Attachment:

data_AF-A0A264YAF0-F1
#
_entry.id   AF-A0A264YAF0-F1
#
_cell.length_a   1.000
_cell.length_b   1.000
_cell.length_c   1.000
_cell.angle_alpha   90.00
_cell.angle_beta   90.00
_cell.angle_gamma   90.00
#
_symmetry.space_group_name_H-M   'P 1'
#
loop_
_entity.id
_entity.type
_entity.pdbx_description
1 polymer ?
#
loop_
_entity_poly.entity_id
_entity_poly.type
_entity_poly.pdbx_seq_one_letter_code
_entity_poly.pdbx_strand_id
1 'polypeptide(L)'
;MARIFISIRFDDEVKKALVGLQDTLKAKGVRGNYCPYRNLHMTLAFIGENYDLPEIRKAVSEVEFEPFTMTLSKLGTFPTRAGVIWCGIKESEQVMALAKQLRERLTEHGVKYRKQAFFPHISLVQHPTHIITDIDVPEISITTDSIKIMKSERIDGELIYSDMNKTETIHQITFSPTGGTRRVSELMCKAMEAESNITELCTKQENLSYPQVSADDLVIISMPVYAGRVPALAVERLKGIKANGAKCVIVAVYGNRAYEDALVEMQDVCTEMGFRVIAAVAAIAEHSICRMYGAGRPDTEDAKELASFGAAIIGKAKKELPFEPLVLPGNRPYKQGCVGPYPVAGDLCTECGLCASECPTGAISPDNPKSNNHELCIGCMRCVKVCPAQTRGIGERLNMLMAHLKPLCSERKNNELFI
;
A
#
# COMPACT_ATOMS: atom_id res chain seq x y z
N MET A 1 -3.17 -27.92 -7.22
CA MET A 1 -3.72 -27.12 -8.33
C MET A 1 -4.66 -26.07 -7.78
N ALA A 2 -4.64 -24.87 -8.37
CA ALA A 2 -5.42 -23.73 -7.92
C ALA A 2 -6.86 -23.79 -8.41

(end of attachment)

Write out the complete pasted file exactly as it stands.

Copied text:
data_AF-A0A264YAF0-F1
#
_entry.id   AF-A0A264YAF0-F1
#
_cell.length_a   1.000
_cell.length_b   1.000
_cell.length_c   1.000
_cell.angle_alpha   90.00
_cell.angle_beta   90.00
_cell.angle_gamma   90.00
#
_symmetry.space_group_name_H-M   'P 1'
#
loop_
_entity.id
_entity.type
_entity.pdbx_description
1 polymer ?
#
loop_
_entity_poly.entity_id
_entity_poly.type
_entity_poly.pdbx_seq_one_letter_code
_entity_poly.pdbx_strand_id
1 'polypeptide(L)'
;MARIFISIRFDDEVKKALVGLQDTLKAKGVRGNYCPYRNLHMTLAFIGENYDLPEIRKAVSEVEFEPFTMTLSKLGTFPTRAGVIWCGIKESEQVMALAKQLRERLTEHGVKYRKQAFFPHISLVQHPTHIITDIDVPEISITTDSIKIMKSERIDGELIYSDMNKTETIHQITFSPTGGTRRVSELMCKAMEAESNITELCTKQENLSYPQVSADDLVIISMPVYAGRVPALAVERLKGIKANGAKCVIVAVYGNRAYEDALVEMQDVCTEMGFRVIAAVAAIAEHSICRMYGAGRPDTEDAKELASFGAAIIGKAKKELPFEPLVLPGNRPYKQGCVGPYPVAGDLCTECGLCASECPTGAISPDNPKSNNHELCIGCMRCVKVCPAQTRGIGERLNMLMAHLKPLCSERKNNELFI
;
A
#
# COMPACT_ATOMS: atom_id res chain seq x y z
N MET A 1 -3.17 -27.92 -7.22
CA MET A 1 -3.72 -27.12 -8.33
C MET A 1 -4.66 -26.07 -7.78
N ALA A 2 -4.64 -24.87 -8.37
CA ALA A 2 -5.42 -23.73 -7.92
C ALA A 2 -6.86 -23.79 -8.41